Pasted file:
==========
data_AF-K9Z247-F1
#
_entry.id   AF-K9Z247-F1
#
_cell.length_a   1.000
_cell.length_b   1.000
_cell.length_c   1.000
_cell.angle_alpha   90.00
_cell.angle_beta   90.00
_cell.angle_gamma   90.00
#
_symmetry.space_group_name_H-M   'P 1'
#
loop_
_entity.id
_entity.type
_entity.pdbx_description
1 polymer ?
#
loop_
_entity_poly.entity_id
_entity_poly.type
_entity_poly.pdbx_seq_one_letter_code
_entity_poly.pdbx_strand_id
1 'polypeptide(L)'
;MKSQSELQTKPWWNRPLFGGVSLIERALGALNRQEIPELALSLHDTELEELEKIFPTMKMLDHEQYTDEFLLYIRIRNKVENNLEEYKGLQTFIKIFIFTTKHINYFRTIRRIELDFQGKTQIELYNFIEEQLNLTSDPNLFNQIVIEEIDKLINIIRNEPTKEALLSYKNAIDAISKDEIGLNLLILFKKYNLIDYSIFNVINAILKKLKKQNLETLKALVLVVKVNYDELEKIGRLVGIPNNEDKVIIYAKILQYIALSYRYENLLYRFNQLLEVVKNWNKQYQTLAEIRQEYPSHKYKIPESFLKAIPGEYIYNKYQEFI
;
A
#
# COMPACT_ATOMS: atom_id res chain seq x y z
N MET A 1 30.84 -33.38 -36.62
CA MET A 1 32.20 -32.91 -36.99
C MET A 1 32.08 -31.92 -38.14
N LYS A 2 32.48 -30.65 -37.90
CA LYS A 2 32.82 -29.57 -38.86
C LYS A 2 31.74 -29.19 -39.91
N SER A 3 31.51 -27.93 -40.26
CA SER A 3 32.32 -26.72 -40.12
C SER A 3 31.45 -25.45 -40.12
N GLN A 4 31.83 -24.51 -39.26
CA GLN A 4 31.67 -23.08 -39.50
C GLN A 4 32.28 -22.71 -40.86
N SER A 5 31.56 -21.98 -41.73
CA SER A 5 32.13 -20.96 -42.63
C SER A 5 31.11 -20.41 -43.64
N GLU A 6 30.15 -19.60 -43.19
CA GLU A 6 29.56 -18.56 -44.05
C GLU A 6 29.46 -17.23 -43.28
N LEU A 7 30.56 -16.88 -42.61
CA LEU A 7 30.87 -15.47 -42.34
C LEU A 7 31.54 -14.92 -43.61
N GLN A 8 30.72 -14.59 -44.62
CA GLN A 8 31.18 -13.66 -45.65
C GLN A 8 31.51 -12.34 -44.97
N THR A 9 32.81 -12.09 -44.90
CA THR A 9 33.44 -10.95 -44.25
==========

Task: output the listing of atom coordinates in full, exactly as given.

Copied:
data_AF-K9Z247-F1
#
_entry.id   AF-K9Z247-F1
#
_cell.length_a   1.000
_cell.length_b   1.000
_cell.length_c   1.000
_cell.angle_alpha   90.00
_cell.angle_beta   90.00
_cell.angle_gamma   90.00
#
_symmetry.space_group_name_H-M   'P 1'
#
loop_
_entity.id
_entity.type
_entity.pdbx_description
1 polymer ?
#
loop_
_entity_poly.entity_id
_entity_poly.type
_entity_poly.pdbx_seq_one_letter_code
_entity_poly.pdbx_strand_id
1 'polypeptide(L)'
;MKSQSELQTKPWWNRPLFGGVSLIERALGALNRQEIPELALSLHDTELEELEKIFPTMKMLDHEQYTDEFLLYIRIRNKVENNLEEYKGLQTFIKIFIFTTKHINYFRTIRRIELDFQGKTQIELYNFIEEQLNLTSDPNLFNQIVIEEIDKLINIIRNEPTKEALLSYKNAIDAISKDEIGLNLLILFKKYNLIDYSIFNVINAILKKLKKQNLETLKALVLVVKVNYDELEKIGRLVGIPNNEDKVIIYAKILQYIALSYRYENLLYRFNQLLEVVKNWNKQYQTLAEIRQEYPSHKYKIPESFLKAIPGEYIYNKYQEFI
;
A
#
# COMPACT_ATOMS: atom_id res chain seq x y z
N MET A 1 30.84 -33.38 -36.62
CA MET A 1 32.20 -32.91 -36.99
C MET A 1 32.08 -31.92 -38.14
N LYS A 2 32.48 -30.65 -37.90
CA LYS A 2 32.82 -29.57 -38.86
C LYS A 2 31.74 -29.19 -39.91
N SER A 3 31.51 -27.93 -40.26
CA SER A 3 32.32 -26.72 -40.12
C SER A 3 31.45 -25.45 -40.12
N GLN A 4 31.83 -24.51 -39.26
CA GLN A 4 31.67 -23.08 -39.50
C GLN A 4 32.28 -22.71 -40.86
N SER A 5 31.56 -21.98 -41.73
CA SER A 5 32.13 -20.96 -42.63
C SER A 5 31.11 -20.41 -43.64
N GLU A 6 30.15 -19.60 -43.19
CA GLU A 6 29.56 -18.56 -44.05
C GLU A 6 29.46 -17.23 -43.28
N LEU A 7 30.56 -16.88 -42.61
CA LEU A 7 30.87 -15.47 -42.34
C LEU A 7 31.54 -14.92 -43.61
N GLN A 8 30.72 -14.59 -44.62
CA GLN A 8 31.18 -13.66 -45.65
C GLN A 8 31.51 -12.34 -44.97
N THR A 9 32.81 -12.09 -44.90
CA THR A 9 33.44 -10.95 -44.25